by Sacchi Patel
Heteronormativity is a term that’s becoming widely used not just by the academic community, but by activists, social justice advocates and well, really everyone.
Let’s break it down. Hetero means “different” and even further in this definition it implies “heterosexuality.”
Normativity, or something being normative, means that it’s the everyday or mainstream way of life. In other words, it is normal.
When we put these two concepts together, we can easily see this means that heterosexuality is the normal or natural way of life. When we use the word normal to describe something we are not only saying that it is something that we are most closely familiar with, but we are also assigning a value system to it.
Heteronormativity operates in our society with the understanding that heterosexuality is the only natural form of sexual orientation and it is the only orientation that is of value to us. Value can then translate into the world being shaped with onlyone type of person in mind; heterosexuals. Examples of this can be seen everywhere, including marriage and partner benefits, biology and psychology texts, restrooms, living accommodations and rules, holidays like Valentine’s day, and even who can be allowed to raise children. All of these examples are shaped to only accommodate the “normal” people who identify as heterosexual.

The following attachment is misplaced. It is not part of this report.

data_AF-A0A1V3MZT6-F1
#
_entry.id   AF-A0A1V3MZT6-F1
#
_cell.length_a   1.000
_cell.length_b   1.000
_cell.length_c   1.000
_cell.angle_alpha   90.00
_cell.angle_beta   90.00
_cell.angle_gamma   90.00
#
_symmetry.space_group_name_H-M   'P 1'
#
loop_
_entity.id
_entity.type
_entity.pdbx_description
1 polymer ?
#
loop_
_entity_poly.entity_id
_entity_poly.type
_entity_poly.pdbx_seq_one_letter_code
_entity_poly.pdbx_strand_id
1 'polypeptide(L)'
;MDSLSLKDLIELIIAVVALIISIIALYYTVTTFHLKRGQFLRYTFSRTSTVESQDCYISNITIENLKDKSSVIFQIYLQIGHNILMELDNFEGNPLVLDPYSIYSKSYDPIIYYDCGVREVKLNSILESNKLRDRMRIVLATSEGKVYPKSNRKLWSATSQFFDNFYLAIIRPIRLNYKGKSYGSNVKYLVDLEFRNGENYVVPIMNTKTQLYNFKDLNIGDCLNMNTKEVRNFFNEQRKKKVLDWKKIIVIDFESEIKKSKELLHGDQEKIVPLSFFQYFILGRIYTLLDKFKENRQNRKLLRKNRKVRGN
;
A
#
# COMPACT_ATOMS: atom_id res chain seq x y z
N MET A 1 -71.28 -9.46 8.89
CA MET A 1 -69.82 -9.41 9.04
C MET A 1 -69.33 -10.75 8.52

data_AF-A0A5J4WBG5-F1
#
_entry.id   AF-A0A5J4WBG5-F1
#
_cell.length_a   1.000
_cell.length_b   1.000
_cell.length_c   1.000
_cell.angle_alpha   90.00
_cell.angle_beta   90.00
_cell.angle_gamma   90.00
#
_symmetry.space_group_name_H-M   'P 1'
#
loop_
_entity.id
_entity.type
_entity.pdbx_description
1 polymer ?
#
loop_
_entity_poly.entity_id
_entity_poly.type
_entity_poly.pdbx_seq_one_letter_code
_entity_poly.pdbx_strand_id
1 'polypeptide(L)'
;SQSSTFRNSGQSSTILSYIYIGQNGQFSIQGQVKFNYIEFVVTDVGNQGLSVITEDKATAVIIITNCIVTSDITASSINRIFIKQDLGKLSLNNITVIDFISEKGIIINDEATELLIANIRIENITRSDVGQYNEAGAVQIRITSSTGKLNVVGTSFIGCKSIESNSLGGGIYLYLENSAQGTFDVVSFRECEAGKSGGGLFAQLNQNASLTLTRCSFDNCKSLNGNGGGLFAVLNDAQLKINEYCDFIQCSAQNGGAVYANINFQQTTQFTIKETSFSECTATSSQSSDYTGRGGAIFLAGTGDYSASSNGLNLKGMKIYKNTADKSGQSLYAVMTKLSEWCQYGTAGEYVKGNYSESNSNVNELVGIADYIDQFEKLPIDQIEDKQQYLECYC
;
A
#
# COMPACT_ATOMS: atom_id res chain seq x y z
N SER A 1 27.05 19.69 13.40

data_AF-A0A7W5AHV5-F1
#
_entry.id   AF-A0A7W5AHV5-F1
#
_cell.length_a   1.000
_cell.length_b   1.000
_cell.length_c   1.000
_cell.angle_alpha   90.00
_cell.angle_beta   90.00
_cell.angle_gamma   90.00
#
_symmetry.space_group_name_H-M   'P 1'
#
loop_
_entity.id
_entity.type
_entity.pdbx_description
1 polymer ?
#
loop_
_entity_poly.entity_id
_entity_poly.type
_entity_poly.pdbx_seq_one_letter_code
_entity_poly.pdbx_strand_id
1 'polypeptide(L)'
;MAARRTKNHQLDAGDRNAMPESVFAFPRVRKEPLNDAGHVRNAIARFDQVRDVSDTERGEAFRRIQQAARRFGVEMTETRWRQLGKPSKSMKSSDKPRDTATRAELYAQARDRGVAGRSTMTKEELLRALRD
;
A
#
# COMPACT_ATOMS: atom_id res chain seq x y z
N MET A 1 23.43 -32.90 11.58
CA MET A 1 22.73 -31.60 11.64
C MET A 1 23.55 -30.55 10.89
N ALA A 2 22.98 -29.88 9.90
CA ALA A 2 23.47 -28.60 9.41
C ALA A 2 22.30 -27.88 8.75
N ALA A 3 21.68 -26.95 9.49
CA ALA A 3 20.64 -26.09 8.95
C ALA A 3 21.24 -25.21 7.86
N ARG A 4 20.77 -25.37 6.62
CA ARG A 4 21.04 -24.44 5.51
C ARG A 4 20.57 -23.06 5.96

Let’s imagine how difficult it may be to never have your state recognize you loving the person whom you are in an intimate relationship with, or school biology lessons only speaking to “two kinds” of people (male/man and female/woman) and absolutely nothing else and adding that according to nature, they should be having sex with their “opposite match.” Imagine a holiday not recognizing that you could want to give a card or gift to someone that you love intimately rather than someone who “looks the opposite of you.” Imagine getting dirty looks or feeling uncomfortable when using one of only two types of bathrooms “males only” or “females only”.
Heteronormativity assumes that all people are heterosexual. My advice? Let’s not be quick to assume. Use words like “partner” instead of “boy/girl friend.” Don’t assume someone understands your experiences and don’t assume what feels natural or normal for you is natural and normal for someone else. Let’s be open to talking about this!